By Samer Al Hadidi, MD, MS, FACP
In the U.S., trainees spend at least 6 years in training after completing medical school prior to practicing as oncologists. This includes training in either internal medicine (3 years) or pediatrics (3 years), or combined internal medicine-pediatrics (4 years). Hematology-oncology training usually extends for another 3 years. Most trainees enter a job immediately after training, though many others pursue an advanced fellowship after hematology-oncology training prior to starting their actual jobs. Advanced fellowships resemble a common pathway for many trainees who want to secure an academic job. Here I will discuss why some trainees choose to go for an advanced fellowship and the challenges associated with such fellowships.
Advanced fellowships are usually 1 to 2 years of specialized training in a specific branch of oncology. Examples include bone marrow transplant, transfusion medicine, leukemia, lymphoma, gastrointestinal cancers, breast cancer, palliative care, and others. Those fellowships are usually offered at large cancer institutes/university programs and are universally not accredited by the Accreditation Council for Graduate Medical Education (ACGME). Some advanced fellowship programs will not require hematology-oncology training and are open to trainees who only completed their training in internal medicine and/or pediatrics. Many other international oncologists get benefits from advanced fellowship training. In many cases, advanced fellowships are needed by the institutions more than they are needed by the trainees.
Why do some trainees choose to do an advanced fellowship?
The most common reason is to get better in a specific branch of oncology. This includes more patient exposure and more scholarly activities. Moreover, it helps in building mentor relationships in the area of interest. Many trainees will start by doing an advanced fellowship that will extend into a junior faculty job in the same institution, or even another institution. Some trainees may need to learn more about a specific disease prior to deciding on an area of interest. Some international medical graduates who complete their training in the U.S. may choose to do an advanced fellowship before going back to their home country to practice.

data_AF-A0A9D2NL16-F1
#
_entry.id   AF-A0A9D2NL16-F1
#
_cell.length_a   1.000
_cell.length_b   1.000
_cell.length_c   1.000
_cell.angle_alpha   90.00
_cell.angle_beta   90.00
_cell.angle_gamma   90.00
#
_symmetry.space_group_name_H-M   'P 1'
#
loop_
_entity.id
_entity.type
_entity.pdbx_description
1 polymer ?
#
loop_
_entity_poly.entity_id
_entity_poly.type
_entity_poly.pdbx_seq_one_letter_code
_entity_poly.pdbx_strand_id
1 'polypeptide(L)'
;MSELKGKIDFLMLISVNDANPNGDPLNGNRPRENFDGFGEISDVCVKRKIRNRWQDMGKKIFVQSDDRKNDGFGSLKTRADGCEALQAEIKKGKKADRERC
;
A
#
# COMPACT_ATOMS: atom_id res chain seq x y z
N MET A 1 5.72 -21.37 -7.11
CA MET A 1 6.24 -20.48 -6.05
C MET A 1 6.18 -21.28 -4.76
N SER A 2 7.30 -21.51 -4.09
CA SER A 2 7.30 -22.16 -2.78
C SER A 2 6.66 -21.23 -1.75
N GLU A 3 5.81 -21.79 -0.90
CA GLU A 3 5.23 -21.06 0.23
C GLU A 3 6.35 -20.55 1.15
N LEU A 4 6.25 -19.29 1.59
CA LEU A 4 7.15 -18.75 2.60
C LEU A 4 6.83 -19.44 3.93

What are the pros and cons of an advanced fellowship?
There is no doubt that an advanced fellowship will provide more time for a trainee to grow and improve in their field of interest. This is likely due to the specific interest of some trainees in a specific field, but more likely is due to the fact that some training programs may not offer the desired training in this specific field. Most academic programs have the ability to offer a specific training, though they are forced to cover multiple required rotations to ensure balanced training in all the fields of hematology and oncology. A dynamic training that fits the trainee needs will be more appropriate and can result in better training outcomes.1 It will also prepare the trainee for a junior faculty role without the need of an advanced fellowship.
It is extremely significant to keep in mind that most trainees face financial hardships when extending the training time. This includes rising debts from medical school education, delaying retirement savings, and the growing need to support their families. For example, primary care physicians in their first 3 to 5 years following residency will have expenses that exceed their earnings.2 This potentially results in avoiding primary care as a future job for many medical graduates. The same will be true in academic oncology jobs in the future. A calculation of the economic ramifications of pursuing a career in academic hematology estimated in at least $11,000 yearly lower net income after projected expenses when comparing 3 versus 5 years of training.3 The deficit will be even higher when comparing academic with private jobs.